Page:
In the case of disability, physical illness and/or mental illness, the condition often has its origin in early conflicts of rejection and trust, or in its course gives rise to feelings of the same. Rejection by or loss of trust in: parents, friends, safety, life, God, a future, a lover, justice, etc. If you can relate to this in any way, your healing lies in being and doing for yourself what others could not or would not be or do.

“Nobody escapes being wounded. We all are wounded people, whether physically, emotionally, mentally, or spiritually.” – Henry Nouwen

Our immediate experience is usually that our wound obstructs our wholeness, but it is in truth the very expression of it, for it introduces us to the part of us that is whole, well and free. That awakening enables us to see that we are not our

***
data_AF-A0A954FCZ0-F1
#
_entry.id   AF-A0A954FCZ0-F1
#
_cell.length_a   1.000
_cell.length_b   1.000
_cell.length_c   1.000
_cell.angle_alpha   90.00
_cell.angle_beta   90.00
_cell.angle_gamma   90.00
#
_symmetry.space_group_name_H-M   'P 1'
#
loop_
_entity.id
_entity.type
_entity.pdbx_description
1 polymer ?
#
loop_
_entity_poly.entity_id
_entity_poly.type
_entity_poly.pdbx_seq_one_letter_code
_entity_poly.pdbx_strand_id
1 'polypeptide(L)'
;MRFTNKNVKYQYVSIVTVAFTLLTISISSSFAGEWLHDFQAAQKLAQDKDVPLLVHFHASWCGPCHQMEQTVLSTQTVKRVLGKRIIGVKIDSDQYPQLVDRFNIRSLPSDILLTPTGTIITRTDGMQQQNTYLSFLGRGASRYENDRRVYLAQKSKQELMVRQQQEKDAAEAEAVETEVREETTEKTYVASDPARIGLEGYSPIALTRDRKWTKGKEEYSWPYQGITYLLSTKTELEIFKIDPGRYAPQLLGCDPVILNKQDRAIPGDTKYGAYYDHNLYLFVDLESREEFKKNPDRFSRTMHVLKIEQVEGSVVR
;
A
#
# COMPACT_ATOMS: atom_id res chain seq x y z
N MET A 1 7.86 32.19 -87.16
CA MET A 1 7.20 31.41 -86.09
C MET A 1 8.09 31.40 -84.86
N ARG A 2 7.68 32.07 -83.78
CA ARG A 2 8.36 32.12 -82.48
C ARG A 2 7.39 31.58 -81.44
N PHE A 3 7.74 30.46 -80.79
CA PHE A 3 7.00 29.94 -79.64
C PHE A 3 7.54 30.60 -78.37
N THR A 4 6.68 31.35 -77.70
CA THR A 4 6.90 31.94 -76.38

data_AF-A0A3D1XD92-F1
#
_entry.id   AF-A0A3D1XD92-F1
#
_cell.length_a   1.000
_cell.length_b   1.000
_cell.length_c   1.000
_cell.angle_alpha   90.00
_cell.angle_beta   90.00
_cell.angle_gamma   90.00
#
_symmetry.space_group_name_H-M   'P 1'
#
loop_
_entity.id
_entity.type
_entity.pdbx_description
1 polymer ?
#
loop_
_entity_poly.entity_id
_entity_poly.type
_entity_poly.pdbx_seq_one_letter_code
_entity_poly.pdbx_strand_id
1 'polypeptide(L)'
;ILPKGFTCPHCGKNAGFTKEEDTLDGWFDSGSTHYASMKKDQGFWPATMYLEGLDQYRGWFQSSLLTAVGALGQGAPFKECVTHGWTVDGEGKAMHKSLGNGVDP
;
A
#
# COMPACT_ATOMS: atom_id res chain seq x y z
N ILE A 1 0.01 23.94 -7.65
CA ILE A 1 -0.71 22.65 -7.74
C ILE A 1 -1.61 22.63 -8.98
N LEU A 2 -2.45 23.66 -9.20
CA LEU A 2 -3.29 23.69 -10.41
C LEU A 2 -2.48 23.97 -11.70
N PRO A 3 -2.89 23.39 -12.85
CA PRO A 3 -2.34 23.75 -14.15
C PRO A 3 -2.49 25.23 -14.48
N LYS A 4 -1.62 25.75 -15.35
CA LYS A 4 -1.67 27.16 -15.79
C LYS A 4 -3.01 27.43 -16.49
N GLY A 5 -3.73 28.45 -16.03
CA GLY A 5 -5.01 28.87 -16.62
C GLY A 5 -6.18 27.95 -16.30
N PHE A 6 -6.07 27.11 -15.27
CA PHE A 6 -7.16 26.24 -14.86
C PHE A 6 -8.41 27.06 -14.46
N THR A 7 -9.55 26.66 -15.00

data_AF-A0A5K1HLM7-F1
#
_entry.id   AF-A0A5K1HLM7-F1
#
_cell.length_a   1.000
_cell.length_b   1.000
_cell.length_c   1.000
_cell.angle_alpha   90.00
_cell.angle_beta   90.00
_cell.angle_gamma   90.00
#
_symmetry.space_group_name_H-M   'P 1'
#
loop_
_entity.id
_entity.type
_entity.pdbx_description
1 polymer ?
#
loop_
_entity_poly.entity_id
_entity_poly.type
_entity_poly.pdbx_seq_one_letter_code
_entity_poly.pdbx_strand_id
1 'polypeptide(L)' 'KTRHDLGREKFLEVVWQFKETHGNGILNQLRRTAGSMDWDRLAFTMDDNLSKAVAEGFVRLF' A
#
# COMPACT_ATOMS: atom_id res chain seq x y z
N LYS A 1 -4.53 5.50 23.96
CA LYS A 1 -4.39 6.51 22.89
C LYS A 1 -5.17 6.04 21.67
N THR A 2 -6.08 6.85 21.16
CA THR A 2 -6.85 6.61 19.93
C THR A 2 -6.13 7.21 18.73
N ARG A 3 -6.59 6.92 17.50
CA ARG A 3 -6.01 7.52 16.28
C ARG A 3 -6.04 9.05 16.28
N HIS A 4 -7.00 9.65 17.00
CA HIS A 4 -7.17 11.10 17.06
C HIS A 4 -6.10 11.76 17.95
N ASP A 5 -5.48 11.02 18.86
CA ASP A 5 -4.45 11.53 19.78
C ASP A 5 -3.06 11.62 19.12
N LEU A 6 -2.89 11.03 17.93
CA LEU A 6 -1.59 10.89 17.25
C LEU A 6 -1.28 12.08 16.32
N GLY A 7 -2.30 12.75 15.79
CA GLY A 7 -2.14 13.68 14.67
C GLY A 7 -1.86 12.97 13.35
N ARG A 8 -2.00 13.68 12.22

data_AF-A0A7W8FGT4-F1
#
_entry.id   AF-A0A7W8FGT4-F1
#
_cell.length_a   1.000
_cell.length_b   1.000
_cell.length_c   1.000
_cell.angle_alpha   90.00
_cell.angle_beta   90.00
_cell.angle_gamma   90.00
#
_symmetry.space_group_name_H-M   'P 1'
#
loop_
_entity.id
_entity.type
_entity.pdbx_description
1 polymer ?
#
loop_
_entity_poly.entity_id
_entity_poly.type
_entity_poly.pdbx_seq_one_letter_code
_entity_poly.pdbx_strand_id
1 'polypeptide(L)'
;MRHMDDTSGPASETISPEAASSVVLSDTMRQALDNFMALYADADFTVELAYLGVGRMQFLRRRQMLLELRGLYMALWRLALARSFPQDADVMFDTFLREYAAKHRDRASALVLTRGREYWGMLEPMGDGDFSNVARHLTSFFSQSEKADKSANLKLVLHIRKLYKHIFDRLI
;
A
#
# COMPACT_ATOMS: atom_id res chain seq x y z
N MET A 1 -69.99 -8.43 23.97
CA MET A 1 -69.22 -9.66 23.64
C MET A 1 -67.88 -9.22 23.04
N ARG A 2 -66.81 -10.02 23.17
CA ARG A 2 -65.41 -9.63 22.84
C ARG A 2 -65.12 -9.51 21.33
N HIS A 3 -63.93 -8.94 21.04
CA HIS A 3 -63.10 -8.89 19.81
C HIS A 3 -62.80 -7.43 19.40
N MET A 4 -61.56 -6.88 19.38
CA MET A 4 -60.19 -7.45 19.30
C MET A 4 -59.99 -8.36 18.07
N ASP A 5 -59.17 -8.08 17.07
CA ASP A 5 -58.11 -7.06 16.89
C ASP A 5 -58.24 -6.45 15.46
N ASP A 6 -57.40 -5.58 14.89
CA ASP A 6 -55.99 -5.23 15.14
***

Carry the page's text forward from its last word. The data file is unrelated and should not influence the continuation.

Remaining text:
wound, we have it. The wound, therefore, simultaneously contains both the pathology and its own medicine. Of this, Carl G. Jung confessed:  “I would
wrestle with the dark angel until he dislocated my hip. For he is also the light and the blue sky which he withholds from me. It is our own hurt that gives the measure of our power to heal.”

The wound’s inherent medicine however, is present as a dormant potential. Acceptance of what is and being receptive to what emerges is a necessary practice in the healing process. Sometimes this requires a deeply challenging change of attitude, from one of “doing” to one of “being done to.” At times, the task can be to await transformation, not manufacture it.